• Crossref
    • Search Google Scholar
    • Export Citation
  • Cvitanovic, C., A. J. Hobday, L. van Kerkhoff, S. K. Wilson, K. Dobbs, and N. A. Marshall, 2015: Improving knowledge exchange among scientists and decision-makers to facilitate the adaptive governance of marine resources: A review of knowledge and research needs. Ocean Coastal Manage ., 112, 2535, https://doi.org/10.1016/j.ocecoaman.2015.05.002.

    • Crossref
    • Search Google Scholar
    • Export Citation
  • de Elía, R., 2014: Specificities of climate modeling research and the challenges in communicating to users. Bull. Amer. Meteor. Soc., 95, 10031010, https://doi.org/10.1175/BAMS-D-13-00004.1.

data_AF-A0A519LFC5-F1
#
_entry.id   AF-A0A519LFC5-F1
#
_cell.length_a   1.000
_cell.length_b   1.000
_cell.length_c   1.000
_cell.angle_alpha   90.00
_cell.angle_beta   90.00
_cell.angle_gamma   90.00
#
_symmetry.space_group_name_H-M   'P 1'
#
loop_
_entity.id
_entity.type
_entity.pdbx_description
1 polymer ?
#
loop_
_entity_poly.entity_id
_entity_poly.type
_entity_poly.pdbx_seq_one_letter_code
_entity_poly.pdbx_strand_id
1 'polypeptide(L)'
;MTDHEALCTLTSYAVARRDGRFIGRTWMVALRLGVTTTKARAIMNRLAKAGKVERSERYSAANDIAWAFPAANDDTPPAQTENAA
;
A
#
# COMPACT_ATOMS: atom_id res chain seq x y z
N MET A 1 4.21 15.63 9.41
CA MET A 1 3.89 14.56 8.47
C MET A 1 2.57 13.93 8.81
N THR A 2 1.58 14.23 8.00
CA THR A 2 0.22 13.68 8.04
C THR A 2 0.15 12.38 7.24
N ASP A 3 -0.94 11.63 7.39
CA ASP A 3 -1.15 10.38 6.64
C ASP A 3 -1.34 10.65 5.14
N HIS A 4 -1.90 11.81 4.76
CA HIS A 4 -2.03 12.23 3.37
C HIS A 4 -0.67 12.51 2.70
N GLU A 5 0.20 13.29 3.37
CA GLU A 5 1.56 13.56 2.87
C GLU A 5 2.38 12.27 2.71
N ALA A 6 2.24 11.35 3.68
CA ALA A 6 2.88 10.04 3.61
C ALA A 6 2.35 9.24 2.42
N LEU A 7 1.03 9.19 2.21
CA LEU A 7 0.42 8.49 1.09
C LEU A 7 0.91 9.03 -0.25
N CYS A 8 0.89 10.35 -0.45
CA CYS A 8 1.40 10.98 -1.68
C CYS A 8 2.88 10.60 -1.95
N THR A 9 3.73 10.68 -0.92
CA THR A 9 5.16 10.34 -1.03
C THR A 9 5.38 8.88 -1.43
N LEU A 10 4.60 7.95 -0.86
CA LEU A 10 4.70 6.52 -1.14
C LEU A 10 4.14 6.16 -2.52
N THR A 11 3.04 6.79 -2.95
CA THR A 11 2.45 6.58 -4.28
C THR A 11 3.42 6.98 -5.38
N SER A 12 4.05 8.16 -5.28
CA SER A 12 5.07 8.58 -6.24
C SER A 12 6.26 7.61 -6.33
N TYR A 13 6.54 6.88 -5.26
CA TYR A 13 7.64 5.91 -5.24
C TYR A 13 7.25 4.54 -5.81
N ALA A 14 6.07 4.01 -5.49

• Crossref
    • Search Google Scholar
    • Export Citation
  • Eyring, V., S. Bony, G. A. Meehl, C. A. Senior, B. Stevens, R. J. Stouffer, and K. E. Taylor, 2016: Overview of the Coupled Model Intercomparison Project phase 6 (CMIP6) experimental design and organization. Geosci. Model Dev., 9, 1937–1958, https://doi.org/10.5194/gmd-9-1937-2016.

    • Crossref
    • Search Google Scholar
    • Export Citation
  • Faber, M., M. Bosch, H. Wollersheim, S. Leatherman, and R. Grol, 2009: Public reporting in health care: How do consumers use quality-of-care information? Med. Care, 47, 18, https://doi.org/10.1097/MLR.0b013e3181808bb5.

    • Crossref
    • Search Google Scholar